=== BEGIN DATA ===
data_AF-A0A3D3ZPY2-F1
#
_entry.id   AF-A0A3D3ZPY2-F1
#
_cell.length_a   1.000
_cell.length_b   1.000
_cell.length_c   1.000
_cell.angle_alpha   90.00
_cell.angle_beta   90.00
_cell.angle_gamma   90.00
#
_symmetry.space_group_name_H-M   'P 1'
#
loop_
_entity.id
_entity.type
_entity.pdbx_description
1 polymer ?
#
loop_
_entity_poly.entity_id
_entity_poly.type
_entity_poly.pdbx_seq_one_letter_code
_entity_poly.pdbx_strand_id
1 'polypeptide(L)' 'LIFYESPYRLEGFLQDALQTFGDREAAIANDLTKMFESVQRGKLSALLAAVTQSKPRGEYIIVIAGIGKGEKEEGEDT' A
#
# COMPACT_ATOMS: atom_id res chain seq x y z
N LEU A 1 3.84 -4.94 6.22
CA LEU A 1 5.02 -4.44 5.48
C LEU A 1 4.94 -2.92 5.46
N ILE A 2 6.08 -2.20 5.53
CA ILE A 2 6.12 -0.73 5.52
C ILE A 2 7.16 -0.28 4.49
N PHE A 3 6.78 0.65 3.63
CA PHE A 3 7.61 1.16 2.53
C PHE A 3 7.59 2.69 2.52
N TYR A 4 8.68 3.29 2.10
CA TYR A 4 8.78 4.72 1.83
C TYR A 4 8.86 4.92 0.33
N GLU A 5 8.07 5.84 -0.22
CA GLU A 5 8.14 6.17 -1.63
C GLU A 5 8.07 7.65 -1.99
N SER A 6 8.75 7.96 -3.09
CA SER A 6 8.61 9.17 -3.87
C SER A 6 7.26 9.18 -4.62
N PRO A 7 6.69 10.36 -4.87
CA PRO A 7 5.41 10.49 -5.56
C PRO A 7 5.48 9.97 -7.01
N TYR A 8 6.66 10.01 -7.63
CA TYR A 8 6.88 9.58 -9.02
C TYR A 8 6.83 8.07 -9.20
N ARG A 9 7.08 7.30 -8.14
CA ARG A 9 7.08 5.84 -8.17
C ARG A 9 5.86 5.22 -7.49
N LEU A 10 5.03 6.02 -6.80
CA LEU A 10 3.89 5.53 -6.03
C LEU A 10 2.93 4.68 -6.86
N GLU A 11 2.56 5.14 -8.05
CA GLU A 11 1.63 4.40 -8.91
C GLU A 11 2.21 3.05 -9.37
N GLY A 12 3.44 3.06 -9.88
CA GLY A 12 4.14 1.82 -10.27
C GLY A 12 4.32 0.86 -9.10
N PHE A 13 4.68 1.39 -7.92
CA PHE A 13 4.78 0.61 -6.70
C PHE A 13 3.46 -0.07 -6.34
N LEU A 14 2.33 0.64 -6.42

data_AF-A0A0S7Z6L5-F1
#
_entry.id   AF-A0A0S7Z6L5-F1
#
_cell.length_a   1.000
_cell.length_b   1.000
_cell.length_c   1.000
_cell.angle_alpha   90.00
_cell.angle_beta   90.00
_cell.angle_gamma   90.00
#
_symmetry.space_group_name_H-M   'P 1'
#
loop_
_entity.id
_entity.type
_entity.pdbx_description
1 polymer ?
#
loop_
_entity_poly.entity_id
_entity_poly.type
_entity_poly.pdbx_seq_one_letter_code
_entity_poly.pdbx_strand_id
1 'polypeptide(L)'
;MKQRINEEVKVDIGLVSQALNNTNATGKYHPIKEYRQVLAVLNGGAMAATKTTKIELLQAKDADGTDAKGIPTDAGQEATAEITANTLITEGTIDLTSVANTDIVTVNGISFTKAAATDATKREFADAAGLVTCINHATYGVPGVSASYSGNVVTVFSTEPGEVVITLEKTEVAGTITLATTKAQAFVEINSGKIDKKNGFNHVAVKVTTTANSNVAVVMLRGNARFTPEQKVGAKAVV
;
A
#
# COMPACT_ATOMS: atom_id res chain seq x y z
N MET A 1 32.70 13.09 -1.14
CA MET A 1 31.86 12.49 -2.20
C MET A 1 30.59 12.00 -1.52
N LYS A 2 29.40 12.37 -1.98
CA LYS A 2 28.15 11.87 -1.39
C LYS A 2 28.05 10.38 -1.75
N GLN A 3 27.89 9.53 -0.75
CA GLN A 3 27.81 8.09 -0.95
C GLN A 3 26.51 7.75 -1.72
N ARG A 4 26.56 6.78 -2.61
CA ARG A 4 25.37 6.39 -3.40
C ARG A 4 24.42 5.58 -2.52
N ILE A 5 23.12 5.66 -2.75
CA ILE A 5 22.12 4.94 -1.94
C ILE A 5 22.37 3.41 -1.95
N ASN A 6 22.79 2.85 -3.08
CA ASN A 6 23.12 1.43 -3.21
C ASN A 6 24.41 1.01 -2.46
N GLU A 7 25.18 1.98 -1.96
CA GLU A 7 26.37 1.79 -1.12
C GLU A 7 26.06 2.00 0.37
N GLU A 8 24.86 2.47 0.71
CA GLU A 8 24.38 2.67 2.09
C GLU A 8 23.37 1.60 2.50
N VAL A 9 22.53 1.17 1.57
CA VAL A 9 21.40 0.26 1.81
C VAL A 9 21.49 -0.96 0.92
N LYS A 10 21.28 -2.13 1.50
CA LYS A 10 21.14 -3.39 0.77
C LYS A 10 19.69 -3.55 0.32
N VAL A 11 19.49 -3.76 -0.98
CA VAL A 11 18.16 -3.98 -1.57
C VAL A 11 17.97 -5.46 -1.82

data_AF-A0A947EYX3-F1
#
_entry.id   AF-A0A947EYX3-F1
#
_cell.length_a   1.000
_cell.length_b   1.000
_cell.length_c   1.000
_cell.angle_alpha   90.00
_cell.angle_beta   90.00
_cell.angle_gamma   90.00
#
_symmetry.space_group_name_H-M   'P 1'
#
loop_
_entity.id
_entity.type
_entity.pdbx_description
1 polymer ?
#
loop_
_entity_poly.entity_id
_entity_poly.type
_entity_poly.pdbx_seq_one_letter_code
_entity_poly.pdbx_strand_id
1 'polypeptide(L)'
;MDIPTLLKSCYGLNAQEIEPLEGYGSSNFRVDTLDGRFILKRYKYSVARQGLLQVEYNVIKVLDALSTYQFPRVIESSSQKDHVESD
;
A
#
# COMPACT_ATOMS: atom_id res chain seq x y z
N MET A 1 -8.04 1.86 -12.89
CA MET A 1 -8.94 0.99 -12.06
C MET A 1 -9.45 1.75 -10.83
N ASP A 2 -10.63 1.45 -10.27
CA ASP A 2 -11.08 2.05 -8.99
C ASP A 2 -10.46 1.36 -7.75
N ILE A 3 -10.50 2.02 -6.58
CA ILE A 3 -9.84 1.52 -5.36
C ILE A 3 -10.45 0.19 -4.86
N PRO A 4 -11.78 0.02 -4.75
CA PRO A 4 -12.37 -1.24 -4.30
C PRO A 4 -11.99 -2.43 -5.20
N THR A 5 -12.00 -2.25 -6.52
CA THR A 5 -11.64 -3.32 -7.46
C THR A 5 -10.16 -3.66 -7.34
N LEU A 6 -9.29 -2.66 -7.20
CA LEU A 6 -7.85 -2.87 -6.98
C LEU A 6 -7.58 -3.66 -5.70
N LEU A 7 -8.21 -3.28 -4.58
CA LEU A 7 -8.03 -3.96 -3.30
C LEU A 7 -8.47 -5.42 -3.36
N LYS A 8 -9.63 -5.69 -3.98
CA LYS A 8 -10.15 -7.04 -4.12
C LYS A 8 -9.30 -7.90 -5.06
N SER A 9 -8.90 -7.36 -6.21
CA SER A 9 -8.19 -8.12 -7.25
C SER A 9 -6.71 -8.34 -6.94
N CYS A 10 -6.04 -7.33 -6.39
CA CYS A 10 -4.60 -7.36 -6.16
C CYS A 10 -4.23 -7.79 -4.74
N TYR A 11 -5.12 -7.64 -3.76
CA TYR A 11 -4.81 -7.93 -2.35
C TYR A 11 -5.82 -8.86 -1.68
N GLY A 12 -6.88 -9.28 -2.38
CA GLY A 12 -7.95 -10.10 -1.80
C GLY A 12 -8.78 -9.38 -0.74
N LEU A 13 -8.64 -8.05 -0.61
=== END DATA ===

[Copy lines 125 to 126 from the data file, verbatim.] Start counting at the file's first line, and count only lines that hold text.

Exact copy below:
N LYS A 10 21.28 -2.13 1.50
CA LYS A 10 21.14 -3.39 0.77